Common Cause with Dispensers of Hate?

There is sizable element within the Republican Party who are never-enlisted warmongers and chickenhawks—like South Carolina Republican Party’s hateful political operative Todd Kincannon—who secretly wish antiwar veterans dead in body bags. Last week, Kincannon went on a diatribe on Twitter against antiwar activist and Iraq War veteran Michael Prysner, saying that Prysner should have “come home in a body bag.”

What Kincannon wrote on Twitter was disgusting. Sadly, this sentiment is shared by many in the Republican Party. This is not an exaggeration. When I participated in the Occupy Wall Street protests in 2011, a lot of the signs I produced for our group were specifically antiwar. The slime that was directed at us from passersby because of those signs were always dripping with partisan language.

Because, after all, it was unthinkable even then that someone could be against wars under both Democrat and Republican presidents, and anyone protesting the wars must be an Obama-loving peacenik. However, the worst insults were always reserved for the Veterans for Peace contingent of which I was also a member.

What could explain this hatred? I believe it is simply the matter of their patriotism being implicitly challenged, particularly among chickenhawks, by veterans who served their country and came back questioning American imperialism. There is a discomfort in knowing that you did not have the courage to put your own life on the line in a war you eagerly supported only then to be confronted by someone who did and who can call you out for being a coward. Michael Prysner might be a socialist—he actually is one!—but I have more respect for him than I do Kincannon and people like him.

For Republicans, it is not limited to just hate directed against antiwar veterans. Mitt Romney’s memorable “47 percent” gaffe, Rep. Don Young’s “wetback” slur, John McCain’s “Obama is not an Arab, but a good person” comment, and more recently, Rick Santorum’s promise that the Republican Party will never change their anti-gay platform.

If it were not for Ron Paul, it would be easy for me to make a generalization of the entire Republican Party and just say, “This is the hate they believe in.” Thankfully, I did not fall into that trap.

Today, it would be inconceivable for me to think of Justin Amash or Rand Paul of being capable of that kind of hate. However, we in the liberty movement need to recognize that many Kincannons exist in both the Republican Party and the Democratic Party, just as racists prosper in both parties.

And while party reformists in the liberty movement are making great strides in changing the face of the party (young, hip, multiracial, and radical), it is going to take a while before the perception of the Republican Party changes particularly among groups unfortunate enough to have been targets of their bile.

Black people, Hispanics, gays, Muslims, and women are not going to suddenly embrace the Republican Party if those in the liberty movement who are attempting to reform the party refuse to acknowledge this history of hate or fail to explicitly, loudly, and outright reject the very people who hold these views. What that means is that the party reformists-wing of the liberty movement will have to account for those views and the people who defined the Republican brand for so long.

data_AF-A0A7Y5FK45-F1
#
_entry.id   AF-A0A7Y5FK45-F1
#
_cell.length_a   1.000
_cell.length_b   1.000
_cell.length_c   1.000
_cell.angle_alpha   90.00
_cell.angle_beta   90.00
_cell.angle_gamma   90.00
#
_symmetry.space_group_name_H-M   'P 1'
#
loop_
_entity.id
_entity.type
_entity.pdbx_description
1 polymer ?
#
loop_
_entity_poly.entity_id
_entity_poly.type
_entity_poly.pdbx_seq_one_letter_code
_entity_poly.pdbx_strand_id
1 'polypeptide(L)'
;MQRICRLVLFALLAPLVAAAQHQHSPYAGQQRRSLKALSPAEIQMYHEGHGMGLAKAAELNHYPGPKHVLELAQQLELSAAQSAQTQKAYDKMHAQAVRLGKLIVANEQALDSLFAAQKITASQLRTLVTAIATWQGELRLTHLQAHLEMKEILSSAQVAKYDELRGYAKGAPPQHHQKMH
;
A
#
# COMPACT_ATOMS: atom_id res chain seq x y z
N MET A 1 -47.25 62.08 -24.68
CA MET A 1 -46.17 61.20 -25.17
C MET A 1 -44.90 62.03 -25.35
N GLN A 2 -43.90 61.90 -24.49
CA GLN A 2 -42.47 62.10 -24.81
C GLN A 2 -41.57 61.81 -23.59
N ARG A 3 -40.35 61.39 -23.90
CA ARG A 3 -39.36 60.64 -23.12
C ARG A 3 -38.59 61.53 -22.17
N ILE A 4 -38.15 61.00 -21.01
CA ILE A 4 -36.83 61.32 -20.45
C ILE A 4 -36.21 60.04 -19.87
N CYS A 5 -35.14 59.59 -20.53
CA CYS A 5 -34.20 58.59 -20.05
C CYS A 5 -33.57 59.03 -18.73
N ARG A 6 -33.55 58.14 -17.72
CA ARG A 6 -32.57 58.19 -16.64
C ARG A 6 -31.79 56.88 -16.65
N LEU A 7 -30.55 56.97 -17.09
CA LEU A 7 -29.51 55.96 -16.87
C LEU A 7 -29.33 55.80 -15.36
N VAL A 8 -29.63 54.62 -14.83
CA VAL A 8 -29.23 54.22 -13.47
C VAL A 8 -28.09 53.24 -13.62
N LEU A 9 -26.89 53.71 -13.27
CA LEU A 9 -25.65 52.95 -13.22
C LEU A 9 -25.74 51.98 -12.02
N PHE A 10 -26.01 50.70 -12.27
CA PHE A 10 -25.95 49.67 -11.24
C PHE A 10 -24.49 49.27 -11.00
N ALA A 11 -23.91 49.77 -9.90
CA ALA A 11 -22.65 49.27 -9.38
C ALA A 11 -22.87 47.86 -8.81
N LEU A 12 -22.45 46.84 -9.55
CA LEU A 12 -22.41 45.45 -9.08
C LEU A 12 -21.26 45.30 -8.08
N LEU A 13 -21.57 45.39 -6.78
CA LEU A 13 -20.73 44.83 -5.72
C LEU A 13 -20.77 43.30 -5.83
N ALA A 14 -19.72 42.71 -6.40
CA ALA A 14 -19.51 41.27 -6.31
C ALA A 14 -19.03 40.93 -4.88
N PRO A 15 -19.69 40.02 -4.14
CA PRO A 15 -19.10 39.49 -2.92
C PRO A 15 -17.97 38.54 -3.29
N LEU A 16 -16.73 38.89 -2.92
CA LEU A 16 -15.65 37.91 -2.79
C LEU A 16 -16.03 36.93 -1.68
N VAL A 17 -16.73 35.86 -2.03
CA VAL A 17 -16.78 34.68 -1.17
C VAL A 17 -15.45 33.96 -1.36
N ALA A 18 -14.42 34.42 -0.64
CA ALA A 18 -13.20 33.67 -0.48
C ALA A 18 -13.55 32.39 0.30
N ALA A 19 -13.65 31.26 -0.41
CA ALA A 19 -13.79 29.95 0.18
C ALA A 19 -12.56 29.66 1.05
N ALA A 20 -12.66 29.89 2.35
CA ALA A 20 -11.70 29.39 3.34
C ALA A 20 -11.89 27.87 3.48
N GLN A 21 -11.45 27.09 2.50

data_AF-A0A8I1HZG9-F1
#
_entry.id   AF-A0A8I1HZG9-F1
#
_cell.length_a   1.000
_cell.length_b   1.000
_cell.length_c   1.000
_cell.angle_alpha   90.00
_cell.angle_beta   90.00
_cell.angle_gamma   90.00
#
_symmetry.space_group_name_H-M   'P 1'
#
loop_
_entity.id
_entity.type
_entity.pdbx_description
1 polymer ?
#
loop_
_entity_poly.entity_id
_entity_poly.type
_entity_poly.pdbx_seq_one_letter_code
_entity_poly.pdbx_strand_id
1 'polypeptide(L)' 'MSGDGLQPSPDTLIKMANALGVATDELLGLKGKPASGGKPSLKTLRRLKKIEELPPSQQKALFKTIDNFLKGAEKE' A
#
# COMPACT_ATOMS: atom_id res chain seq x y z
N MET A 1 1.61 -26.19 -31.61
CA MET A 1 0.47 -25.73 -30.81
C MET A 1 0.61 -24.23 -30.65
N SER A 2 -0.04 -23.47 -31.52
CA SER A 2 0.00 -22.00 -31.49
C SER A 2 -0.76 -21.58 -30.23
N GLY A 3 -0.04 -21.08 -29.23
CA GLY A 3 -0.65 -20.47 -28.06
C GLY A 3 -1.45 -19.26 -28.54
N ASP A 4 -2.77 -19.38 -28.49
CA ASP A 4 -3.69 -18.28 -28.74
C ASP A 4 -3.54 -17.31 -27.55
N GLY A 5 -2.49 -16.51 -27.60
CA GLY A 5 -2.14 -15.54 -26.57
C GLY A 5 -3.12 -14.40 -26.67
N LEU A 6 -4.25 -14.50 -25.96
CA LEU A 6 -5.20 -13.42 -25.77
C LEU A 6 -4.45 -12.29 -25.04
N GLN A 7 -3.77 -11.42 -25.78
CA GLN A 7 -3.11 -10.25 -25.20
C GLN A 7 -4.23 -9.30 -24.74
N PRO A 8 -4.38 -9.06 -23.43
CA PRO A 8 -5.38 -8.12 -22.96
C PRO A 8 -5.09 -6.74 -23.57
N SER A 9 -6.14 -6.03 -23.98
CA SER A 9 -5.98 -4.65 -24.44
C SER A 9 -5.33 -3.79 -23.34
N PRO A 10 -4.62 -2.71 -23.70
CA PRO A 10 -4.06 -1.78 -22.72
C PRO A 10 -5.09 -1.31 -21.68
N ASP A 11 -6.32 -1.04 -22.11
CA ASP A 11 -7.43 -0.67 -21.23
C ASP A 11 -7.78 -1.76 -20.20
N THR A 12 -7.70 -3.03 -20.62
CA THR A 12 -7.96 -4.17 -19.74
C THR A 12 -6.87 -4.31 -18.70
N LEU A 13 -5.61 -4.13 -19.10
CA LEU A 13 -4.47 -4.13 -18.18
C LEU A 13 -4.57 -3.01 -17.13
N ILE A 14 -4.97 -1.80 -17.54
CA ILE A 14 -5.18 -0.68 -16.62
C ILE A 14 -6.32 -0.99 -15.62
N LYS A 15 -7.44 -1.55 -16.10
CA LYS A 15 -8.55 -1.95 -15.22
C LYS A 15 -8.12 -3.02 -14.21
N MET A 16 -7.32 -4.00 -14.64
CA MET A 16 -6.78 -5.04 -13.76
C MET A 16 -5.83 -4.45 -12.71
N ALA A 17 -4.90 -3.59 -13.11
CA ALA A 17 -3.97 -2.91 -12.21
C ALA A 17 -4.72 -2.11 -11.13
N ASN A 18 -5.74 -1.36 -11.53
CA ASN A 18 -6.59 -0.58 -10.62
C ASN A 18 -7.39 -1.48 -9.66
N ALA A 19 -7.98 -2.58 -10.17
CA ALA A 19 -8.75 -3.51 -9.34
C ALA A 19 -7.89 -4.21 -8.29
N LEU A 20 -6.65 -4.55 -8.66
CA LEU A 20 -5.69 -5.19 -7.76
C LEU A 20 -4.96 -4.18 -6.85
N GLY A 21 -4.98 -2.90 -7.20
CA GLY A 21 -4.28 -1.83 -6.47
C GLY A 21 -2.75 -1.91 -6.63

If the party reformists’ intent is to change the Republican Party and become the new establishment, there is going to be a need for the reformists to clean house and not just apply a fresh coat of paint.

What that means is that we need to take a step back and evaluate very carefully what it means to be “for liberty.” If this means making common cause with politicians who are, as Ron Paul puts it, “psychopathic authoritarians,” then what is the point? Enabling authoritarians by giving them your consent is just as bad as full-fledged endorsement of their ideas.

The liberty movement as a whole rejected the Bush foreign policy of aggressive war and Big Government statism, and it was able to do so because it was a movement that formed outside the Republican Party. It was a revolution and ideological awakening that was very different from the culture of compromise and backdoor-dealing enjoyed by insiders within the establishment. Anthony Gregory warns us:

The Revolution sparked in 2007 can always be reversed by a counterrevolution if the temptations of political expediency and allure of rightwing fusionism or complacent liberal utilitarianism detract us from the radical goal: the total destruction of state oppression and the full liberation of humanity.

For people to suddenly forget the radicalism that sparked the Ron Paul Revolution in favor of backroom deals and compromise in a party apparatus is to forget what this effort is all about: liberty, and not the single-minded pursuit of power over your fellow citizens. It must be principle over power. Lord Acton once remarked that “power tends to corrupt.” But what is a political party but a power structure? If power tends to corrupt, then political parties must be enablers of corruption.

Footnotes

1. I will be speaking at the California YAL State Convention. If you are attending, say hello! If you are not, why aren’t you?

2. Yahoo! News got in touch with Bonnie Kristian asking for short first-person accounts from young people on how they discovered libertarianism. It is a great read, and it is nice to see the diversity represented in the list. Here was my submission titled, “A Libertarian Foreign Policy is Based on Peace.”

Published in

Post a comment